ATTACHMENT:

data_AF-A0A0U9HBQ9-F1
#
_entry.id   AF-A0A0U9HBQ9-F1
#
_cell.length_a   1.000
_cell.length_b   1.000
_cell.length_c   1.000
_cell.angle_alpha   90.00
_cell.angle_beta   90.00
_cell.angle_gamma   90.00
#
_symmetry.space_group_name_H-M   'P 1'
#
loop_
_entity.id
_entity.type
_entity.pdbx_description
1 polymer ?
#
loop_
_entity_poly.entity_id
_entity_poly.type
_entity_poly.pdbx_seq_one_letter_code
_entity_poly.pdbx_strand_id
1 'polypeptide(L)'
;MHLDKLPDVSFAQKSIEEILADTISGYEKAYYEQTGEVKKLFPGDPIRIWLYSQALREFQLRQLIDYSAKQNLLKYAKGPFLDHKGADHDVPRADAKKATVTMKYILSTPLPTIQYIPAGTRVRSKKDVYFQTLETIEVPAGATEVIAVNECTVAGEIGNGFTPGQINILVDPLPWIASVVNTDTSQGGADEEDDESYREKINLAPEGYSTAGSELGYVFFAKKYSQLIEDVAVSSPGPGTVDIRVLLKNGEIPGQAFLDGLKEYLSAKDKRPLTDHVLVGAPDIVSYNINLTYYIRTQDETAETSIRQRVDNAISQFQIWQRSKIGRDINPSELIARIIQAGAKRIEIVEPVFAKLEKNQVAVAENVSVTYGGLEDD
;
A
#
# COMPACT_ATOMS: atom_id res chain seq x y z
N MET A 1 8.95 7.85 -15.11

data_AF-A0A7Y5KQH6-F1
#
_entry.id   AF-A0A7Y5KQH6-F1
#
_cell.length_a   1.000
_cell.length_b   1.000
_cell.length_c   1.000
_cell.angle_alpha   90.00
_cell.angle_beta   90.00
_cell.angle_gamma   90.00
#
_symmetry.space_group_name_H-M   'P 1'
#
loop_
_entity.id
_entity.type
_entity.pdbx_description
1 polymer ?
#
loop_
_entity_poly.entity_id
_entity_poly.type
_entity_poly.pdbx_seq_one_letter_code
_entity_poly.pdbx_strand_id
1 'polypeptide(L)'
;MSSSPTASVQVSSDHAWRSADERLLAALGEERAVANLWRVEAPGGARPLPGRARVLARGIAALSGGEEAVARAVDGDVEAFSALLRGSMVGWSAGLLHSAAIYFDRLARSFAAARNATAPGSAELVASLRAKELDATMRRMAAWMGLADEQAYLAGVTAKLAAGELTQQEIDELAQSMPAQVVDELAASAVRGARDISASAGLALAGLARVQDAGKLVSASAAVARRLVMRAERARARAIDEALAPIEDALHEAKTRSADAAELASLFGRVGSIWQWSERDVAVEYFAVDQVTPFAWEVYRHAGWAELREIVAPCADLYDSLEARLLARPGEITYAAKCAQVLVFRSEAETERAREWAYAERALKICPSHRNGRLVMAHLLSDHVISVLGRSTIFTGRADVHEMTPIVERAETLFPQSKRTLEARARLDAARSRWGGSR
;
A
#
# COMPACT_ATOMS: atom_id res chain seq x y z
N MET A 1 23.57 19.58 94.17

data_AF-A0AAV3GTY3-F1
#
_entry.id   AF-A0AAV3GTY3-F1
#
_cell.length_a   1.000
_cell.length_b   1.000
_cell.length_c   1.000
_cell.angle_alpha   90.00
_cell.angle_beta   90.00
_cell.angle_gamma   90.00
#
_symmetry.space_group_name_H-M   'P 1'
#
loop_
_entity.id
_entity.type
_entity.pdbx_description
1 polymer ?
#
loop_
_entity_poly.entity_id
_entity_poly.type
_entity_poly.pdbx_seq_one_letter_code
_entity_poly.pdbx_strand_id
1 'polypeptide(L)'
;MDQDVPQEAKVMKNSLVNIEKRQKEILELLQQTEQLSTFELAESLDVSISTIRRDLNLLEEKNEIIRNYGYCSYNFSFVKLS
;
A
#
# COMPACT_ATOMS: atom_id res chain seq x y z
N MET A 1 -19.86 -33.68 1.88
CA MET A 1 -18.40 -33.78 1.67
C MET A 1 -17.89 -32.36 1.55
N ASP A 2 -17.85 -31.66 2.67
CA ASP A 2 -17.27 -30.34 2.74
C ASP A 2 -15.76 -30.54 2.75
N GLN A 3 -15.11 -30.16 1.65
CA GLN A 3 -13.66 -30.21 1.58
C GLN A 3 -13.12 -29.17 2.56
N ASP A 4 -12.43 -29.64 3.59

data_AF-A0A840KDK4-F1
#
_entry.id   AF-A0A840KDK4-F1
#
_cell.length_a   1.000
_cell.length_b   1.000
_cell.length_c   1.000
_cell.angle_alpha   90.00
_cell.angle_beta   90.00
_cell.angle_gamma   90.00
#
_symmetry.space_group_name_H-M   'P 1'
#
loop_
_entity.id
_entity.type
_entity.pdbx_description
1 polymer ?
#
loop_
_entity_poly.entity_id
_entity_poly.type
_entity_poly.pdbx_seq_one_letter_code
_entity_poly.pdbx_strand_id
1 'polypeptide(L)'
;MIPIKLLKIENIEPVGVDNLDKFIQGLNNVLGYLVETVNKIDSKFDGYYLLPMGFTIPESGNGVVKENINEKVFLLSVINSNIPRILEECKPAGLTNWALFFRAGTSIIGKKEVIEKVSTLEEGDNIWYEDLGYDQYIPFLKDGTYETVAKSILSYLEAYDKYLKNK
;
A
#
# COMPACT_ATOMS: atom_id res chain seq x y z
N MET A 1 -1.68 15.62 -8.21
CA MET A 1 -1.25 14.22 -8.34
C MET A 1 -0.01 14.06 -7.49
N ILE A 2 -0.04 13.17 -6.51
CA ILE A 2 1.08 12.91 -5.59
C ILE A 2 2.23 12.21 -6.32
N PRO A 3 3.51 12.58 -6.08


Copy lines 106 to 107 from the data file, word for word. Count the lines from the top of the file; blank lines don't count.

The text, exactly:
#
_cell.length_a   1.000